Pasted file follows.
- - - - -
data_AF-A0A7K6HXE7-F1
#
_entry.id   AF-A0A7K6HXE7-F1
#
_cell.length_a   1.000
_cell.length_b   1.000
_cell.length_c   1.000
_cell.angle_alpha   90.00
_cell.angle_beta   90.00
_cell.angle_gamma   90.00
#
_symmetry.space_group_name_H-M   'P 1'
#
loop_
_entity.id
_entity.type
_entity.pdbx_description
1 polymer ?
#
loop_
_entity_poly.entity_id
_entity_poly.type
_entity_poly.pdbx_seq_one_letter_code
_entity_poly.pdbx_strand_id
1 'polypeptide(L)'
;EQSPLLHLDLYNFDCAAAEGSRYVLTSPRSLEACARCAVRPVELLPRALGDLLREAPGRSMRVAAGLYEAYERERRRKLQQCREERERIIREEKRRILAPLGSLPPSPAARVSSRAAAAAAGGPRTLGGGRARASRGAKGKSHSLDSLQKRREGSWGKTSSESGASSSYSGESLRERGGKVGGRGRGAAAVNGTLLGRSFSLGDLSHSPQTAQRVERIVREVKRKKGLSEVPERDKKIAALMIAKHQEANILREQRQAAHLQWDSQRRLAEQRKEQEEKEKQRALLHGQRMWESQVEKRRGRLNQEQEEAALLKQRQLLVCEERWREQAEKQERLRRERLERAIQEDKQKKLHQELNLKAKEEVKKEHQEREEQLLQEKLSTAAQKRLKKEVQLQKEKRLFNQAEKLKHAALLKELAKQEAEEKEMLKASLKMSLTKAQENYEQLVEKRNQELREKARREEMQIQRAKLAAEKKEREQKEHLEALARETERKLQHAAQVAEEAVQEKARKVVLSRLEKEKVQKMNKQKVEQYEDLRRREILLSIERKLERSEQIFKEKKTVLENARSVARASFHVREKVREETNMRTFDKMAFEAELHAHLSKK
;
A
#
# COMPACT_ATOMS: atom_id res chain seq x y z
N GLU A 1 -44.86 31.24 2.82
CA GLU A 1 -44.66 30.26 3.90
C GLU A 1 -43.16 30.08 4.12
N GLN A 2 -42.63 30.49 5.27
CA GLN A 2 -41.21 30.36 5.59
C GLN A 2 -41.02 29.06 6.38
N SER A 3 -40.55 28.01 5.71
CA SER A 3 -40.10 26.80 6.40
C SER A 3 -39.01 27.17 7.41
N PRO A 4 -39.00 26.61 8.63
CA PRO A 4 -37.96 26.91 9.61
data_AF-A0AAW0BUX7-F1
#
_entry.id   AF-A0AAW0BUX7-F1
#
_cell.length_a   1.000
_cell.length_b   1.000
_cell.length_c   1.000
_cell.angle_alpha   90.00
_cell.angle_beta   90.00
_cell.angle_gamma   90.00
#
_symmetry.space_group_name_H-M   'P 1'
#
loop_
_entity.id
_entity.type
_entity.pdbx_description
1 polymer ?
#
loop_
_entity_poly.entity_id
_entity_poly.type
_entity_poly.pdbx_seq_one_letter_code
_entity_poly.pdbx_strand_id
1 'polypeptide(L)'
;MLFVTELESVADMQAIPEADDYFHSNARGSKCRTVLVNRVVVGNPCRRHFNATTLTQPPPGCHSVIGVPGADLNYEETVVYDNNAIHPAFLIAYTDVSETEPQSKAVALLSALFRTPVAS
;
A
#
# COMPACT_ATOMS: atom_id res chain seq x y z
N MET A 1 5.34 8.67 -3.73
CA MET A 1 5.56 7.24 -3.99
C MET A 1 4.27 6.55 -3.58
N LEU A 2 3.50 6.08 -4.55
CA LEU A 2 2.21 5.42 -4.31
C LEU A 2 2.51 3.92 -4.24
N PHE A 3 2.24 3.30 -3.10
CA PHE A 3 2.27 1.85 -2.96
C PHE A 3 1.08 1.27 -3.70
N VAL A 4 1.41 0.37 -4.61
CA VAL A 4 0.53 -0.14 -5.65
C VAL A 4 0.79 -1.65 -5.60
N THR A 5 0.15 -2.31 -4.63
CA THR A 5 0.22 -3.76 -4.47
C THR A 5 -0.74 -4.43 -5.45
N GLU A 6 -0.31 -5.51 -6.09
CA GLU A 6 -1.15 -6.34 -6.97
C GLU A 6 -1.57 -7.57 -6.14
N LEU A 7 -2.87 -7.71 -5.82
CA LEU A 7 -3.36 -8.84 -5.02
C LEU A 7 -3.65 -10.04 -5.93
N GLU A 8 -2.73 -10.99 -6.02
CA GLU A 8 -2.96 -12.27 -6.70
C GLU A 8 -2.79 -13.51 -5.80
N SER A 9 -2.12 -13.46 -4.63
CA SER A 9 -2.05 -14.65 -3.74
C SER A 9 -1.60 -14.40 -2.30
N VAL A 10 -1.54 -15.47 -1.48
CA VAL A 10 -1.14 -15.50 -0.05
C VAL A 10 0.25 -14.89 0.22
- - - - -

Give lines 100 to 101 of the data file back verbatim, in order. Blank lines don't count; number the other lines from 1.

CA VAL A 10 -1.14 -15.50 -0.05
C VAL A 10 0.25 -14.89 0.22